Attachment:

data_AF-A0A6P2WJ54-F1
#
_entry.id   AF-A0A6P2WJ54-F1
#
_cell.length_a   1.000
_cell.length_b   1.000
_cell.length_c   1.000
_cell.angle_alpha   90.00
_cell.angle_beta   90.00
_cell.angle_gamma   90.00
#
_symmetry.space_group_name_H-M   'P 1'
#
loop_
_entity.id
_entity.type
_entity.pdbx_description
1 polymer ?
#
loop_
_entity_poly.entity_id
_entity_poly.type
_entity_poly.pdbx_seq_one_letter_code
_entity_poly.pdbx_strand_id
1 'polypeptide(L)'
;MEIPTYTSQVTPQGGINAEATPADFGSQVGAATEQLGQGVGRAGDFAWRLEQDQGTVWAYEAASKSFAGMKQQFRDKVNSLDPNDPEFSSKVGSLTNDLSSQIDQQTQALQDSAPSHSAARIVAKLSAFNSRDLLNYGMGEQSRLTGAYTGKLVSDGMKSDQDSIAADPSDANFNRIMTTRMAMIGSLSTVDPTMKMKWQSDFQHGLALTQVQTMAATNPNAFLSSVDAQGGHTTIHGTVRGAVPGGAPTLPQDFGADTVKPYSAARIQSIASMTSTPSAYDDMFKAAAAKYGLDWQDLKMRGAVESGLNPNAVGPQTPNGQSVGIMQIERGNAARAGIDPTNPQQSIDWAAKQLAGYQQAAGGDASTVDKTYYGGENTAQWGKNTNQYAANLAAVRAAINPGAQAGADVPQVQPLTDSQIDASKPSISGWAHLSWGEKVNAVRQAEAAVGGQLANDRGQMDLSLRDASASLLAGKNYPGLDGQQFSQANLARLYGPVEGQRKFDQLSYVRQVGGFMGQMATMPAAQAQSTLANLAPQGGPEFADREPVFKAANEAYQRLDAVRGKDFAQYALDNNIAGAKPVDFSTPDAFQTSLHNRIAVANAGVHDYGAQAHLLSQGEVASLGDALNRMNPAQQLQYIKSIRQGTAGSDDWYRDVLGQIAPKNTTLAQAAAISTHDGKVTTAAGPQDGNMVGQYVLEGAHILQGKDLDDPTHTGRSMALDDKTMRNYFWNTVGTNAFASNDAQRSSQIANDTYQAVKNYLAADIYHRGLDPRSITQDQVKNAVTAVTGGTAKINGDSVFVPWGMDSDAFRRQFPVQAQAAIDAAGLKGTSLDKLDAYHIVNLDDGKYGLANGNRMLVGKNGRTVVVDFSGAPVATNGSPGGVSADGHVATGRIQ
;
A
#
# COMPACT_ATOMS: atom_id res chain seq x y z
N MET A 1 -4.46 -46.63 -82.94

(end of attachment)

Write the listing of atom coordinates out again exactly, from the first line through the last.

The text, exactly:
data_AF-A0A6P2WJ54-F1
#
_entry.id   AF-A0A6P2WJ54-F1
#
_cell.length_a   1.000
_cell.length_b   1.000
_cell.length_c   1.000
_cell.angle_alpha   90.00
_cell.angle_beta   90.00
_cell.angle_gamma   90.00
#
_symmetry.space_group_name_H-M   'P 1'
#
loop_
_entity.id
_entity.type
_entity.pdbx_description
1 polymer ?
#
loop_
_entity_poly.entity_id
_entity_poly.type
_entity_poly.pdbx_seq_one_letter_code
_entity_poly.pdbx_strand_id
1 'polypeptide(L)'
;MEIPTYTSQVTPQGGINAEATPADFGSQVGAATEQLGQGVGRAGDFAWRLEQDQGTVWAYEAASKSFAGMKQQFRDKVNSLDPNDPEFSSKVGSLTNDLSSQIDQQTQALQDSAPSHSAARIVAKLSAFNSRDLLNYGMGEQSRLTGAYTGKLVSDGMKSDQDSIAADPSDANFNRIMTTRMAMIGSLSTVDPTMKMKWQSDFQHGLALTQVQTMAATNPNAFLSSVDAQGGHTTIHGTVRGAVPGGAPTLPQDFGADTVKPYSAARIQSIASMTSTPSAYDDMFKAAAAKYGLDWQDLKMRGAVESGLNPNAVGPQTPNGQSVGIMQIERGNAARAGIDPTNPQQSIDWAAKQLAGYQQAAGGDASTVDKTYYGGENTAQWGKNTNQYAANLAAVRAAINPGAQAGADVPQVQPLTDSQIDASKPSISGWAHLSWGEKVNAVRQAEAAVGGQLANDRGQMDLSLRDASASLLAGKNYPGLDGQQFSQANLARLYGPVEGQRKFDQLSYVRQVGGFMGQMATMPAAQAQSTLANLAPQGGPEFADREPVFKAANEAYQRLDAVRGKDFAQYALDNNIAGAKPVDFSTPDAFQTSLHNRIAVANAGVHDYGAQAHLLSQGEVASLGDALNRMNPAQQLQYIKSIRQGTAGSDDWYRDVLGQIAPKNTTLAQAAAISTHDGKVTTAAGPQDGNMVGQYVLEGAHILQGKDLDDPTHTGRSMALDDKTMRNYFWNTVGTNAFASNDAQRSSQIANDTYQAVKNYLAADIYHRGLDPRSITQDQVKNAVTAVTGGTAKINGDSVFVPWGMDSDAFRRQFPVQAQAAIDAAGLKGTSLDKLDAYHIVNLDDGKYGLANGNRMLVGKNGRTVVVDFSGAPVATNGSPGGVSADGHVATGRIQ
;
A
#
# COMPACT_ATOMS: atom_id res chain seq x y z
N MET A 1 -4.46 -46.63 -82.94